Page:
Q: My 2-1/2-year old son's father just started coming around less than a year ago. We went to family court and now he has visitation. Every other Saturday and Sunday I get him ready to go to his fathers house. He leaves happy but when he has to come home he cries and throws a tantrum. What should I do? What brings this about?

A: Transitions are difficult for toddlers. It is not unusual that children of 2 1/2 have tantrums when it is time to stop one activity and begin another, or leave one setting and enter another, or say good-bye to one parent and go home with the other. On the basis of limited information here, it is hard to know what is upsetting your son and therefore hard to know how to fix it. It is possible that he has had a good time with his father and is all tired out--or some similar everyday explanation. He may be hungry or too keyed up by an exciting game. He may feel interrupted or uprooted. There may not be any particular reason.

It is possible that your son has picked up on some unfinished tensions between you and his father--whatever the issues were that needed a court to resolve. Little children can be very sensitive to these emotional vibrations. It will be good for your son for his father to play a genuine role in his life, as he is now doing; but to make the most of his father's involvement, it is best that you and his father can work together as a team. If you think that you and his father are not communicating well, you might suggest that you try to talk things out together so that you can present a unified partnership as parents. Sometimes the addition of a third party such as a counselor or member of the clergy can be helpful in ironing out these issues through discussion.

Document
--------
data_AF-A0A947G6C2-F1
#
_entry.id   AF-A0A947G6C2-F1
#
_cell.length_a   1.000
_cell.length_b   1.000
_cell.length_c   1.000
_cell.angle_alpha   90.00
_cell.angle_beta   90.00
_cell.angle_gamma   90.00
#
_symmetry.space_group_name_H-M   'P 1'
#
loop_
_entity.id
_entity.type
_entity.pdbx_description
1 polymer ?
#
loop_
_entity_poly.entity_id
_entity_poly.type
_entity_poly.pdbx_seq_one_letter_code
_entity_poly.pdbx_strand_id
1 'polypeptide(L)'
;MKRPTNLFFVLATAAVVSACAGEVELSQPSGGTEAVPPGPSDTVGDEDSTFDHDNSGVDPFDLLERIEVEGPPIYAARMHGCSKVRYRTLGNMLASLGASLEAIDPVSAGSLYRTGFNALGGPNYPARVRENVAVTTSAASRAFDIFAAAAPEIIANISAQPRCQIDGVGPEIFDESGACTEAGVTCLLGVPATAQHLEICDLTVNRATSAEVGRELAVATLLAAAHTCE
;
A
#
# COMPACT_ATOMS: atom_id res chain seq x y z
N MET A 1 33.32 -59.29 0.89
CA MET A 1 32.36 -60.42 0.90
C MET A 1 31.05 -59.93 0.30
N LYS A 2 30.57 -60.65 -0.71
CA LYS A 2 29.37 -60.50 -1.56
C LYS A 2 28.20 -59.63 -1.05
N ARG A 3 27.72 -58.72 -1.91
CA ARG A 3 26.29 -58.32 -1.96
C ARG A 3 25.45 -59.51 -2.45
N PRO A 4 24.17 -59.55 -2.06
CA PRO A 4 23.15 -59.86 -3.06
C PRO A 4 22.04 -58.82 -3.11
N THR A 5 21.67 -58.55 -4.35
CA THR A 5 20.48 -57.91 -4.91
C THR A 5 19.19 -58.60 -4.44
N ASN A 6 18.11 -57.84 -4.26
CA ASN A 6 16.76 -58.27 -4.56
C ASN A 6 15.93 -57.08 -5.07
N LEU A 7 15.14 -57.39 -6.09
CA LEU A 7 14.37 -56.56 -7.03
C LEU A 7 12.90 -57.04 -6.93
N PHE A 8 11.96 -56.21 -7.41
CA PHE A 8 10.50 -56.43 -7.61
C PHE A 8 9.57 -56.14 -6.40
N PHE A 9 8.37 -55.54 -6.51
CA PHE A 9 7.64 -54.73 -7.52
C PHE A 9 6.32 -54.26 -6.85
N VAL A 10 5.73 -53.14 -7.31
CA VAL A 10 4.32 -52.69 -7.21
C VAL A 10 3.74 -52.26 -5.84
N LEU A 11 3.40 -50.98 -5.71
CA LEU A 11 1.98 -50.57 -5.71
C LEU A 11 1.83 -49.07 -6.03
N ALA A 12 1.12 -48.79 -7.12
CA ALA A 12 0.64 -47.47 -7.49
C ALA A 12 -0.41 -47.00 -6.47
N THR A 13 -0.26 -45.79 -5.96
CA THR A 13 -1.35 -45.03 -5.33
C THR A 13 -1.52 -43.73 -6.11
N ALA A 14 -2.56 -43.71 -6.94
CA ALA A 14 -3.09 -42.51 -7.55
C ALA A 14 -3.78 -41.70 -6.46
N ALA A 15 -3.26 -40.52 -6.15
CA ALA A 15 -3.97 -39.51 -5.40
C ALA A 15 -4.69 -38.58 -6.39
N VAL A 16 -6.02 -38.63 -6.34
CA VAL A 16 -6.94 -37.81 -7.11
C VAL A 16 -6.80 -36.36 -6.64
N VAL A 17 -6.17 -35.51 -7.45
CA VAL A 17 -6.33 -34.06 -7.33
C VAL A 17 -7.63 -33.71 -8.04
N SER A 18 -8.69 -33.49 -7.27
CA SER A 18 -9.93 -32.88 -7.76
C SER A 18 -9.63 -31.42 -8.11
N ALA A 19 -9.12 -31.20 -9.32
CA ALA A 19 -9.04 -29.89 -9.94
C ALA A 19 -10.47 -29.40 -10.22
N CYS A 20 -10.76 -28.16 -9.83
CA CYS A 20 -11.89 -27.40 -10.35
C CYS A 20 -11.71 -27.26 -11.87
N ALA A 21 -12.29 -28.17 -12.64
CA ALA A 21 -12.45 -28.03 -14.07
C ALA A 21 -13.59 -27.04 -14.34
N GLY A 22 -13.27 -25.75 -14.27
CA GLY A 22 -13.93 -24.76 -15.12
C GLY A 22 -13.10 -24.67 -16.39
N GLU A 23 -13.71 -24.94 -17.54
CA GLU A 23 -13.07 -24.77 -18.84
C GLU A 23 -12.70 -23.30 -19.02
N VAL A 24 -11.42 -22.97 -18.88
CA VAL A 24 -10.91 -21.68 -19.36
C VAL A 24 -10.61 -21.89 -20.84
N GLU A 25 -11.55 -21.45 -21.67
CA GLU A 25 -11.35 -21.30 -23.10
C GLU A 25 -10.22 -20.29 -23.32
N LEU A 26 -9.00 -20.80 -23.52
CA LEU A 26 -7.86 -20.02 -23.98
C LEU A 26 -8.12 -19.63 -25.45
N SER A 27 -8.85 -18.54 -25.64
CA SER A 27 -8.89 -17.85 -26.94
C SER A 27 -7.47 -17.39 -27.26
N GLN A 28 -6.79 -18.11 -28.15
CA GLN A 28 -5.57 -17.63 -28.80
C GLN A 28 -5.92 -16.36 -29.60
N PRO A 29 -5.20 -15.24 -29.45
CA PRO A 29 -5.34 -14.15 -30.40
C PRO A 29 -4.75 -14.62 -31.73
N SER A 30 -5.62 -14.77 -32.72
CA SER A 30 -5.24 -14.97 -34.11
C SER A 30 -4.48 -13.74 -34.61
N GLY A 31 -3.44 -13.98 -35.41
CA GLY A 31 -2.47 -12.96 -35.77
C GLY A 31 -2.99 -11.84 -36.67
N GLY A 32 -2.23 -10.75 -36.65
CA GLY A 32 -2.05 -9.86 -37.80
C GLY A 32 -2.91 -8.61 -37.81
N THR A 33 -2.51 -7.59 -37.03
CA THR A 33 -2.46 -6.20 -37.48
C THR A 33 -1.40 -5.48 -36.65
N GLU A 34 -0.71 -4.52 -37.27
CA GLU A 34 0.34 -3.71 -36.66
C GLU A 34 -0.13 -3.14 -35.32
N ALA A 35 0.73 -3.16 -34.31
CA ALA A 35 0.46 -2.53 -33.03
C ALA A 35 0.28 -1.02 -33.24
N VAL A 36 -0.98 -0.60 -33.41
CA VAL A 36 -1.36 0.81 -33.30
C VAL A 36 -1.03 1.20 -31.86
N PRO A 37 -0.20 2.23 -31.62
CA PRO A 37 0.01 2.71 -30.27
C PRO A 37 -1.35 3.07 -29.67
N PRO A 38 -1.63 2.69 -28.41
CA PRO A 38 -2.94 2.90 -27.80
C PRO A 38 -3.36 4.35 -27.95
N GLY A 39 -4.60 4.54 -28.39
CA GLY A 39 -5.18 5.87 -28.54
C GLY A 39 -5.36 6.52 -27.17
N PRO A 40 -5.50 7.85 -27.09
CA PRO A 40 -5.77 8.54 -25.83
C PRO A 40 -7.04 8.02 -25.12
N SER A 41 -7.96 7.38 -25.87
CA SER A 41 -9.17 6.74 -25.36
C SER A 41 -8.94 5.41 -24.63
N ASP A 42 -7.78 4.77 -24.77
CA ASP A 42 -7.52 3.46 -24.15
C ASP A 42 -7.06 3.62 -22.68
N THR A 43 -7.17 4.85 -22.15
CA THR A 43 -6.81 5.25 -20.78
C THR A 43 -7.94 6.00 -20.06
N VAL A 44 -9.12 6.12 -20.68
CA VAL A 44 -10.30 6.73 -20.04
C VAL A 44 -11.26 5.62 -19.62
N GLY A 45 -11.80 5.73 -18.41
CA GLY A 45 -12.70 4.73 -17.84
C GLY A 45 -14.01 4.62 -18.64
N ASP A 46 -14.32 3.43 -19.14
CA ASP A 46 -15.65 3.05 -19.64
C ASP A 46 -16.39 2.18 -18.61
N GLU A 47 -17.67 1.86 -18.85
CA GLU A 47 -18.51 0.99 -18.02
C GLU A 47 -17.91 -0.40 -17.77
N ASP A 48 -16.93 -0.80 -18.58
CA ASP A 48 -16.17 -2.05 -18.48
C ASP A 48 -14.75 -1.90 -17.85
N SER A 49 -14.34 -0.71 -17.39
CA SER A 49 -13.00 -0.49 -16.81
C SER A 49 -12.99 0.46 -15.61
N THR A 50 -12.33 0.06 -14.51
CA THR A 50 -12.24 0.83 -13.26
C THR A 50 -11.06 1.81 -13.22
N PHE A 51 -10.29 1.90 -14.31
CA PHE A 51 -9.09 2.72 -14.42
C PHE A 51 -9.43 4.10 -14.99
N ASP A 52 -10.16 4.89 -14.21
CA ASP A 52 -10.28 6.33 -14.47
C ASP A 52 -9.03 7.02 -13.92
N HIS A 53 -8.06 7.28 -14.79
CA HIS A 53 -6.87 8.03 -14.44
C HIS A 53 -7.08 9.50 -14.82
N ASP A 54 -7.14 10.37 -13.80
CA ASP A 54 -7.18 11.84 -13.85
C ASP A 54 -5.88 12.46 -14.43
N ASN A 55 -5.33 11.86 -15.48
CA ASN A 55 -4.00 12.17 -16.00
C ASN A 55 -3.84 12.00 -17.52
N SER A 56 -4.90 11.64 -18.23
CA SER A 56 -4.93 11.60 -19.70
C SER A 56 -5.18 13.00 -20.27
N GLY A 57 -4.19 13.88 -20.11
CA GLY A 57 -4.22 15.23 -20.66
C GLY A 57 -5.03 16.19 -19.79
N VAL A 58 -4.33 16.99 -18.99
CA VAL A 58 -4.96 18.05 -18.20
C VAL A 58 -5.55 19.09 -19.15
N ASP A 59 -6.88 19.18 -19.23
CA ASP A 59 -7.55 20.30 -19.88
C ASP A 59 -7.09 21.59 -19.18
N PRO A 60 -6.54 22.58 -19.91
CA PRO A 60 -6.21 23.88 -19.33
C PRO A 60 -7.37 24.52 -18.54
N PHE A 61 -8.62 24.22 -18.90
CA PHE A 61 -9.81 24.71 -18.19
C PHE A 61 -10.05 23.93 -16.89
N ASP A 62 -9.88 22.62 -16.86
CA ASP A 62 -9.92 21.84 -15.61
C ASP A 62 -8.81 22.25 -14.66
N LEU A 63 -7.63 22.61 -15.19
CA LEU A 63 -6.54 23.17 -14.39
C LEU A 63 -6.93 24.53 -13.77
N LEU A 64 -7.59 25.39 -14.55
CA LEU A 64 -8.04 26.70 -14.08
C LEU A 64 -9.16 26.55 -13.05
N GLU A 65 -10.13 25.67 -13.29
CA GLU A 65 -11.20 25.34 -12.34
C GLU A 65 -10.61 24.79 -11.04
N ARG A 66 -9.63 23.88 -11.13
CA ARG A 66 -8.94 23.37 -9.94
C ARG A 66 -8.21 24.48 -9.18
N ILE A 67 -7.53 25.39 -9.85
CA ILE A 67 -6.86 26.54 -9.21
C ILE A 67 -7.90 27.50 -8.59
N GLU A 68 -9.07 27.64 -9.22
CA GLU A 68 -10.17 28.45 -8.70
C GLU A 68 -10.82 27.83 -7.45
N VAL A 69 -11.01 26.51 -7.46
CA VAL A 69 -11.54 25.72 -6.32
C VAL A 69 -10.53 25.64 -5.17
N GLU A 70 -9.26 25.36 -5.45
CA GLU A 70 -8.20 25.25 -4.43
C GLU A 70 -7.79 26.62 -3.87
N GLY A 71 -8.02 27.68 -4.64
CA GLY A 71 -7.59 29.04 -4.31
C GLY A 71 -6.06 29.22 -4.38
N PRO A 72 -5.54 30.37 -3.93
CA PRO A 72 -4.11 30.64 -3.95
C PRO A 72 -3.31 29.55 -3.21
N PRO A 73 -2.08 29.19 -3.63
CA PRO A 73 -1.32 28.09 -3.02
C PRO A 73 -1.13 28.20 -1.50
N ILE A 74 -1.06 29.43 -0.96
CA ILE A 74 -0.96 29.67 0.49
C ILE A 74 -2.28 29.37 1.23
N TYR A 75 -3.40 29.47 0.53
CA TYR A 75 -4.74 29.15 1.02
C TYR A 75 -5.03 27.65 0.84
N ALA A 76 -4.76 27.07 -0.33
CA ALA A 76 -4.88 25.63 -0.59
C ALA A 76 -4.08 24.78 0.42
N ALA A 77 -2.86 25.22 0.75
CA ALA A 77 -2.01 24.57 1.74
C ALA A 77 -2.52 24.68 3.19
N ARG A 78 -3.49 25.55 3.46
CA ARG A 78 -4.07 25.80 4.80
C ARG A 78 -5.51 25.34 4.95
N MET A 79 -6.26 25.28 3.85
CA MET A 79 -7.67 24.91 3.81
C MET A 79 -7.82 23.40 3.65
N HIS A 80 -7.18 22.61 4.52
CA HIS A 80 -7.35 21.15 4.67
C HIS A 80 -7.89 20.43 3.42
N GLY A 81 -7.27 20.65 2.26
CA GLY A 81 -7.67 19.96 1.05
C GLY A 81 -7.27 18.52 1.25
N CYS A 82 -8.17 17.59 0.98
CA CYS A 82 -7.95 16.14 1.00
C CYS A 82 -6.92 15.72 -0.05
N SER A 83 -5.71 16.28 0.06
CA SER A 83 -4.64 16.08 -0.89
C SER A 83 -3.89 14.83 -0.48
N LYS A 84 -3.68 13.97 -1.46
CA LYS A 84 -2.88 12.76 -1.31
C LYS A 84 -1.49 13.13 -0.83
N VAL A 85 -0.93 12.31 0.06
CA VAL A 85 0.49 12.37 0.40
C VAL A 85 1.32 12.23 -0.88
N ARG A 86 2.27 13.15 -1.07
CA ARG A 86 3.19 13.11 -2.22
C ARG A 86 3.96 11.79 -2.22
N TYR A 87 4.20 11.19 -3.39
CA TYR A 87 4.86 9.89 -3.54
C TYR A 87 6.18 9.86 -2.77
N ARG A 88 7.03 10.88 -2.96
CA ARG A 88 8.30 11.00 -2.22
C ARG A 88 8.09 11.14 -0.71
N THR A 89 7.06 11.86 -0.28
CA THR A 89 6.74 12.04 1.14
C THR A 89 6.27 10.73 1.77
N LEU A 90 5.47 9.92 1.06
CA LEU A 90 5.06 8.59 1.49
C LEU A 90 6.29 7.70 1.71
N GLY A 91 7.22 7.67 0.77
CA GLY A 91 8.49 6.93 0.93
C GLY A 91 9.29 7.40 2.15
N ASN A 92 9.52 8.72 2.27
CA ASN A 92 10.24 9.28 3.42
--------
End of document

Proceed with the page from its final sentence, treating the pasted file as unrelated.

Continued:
Meanwhile, you can try to minimize the difficulties when you pick up your son by trying to make the transition as slow and smooth as possible. Try to be calm and friendly. Stay for five or ten minutes so that your son sees the two of you together without a rush. See if you can distract your son with something he likes to eat or a toy to examine as you guide him out the door. Reassure your son that he will be back to see Dad very soon. Perhaps Dad can give your son a little overnight bag or some sort of special reminder to hang onto to help him understand that he will return before long.

Elizabeth Berger MD Child Psychiatrist and author of "Raising Kids with Character"

Answered by Dr. Elizabeth Berger



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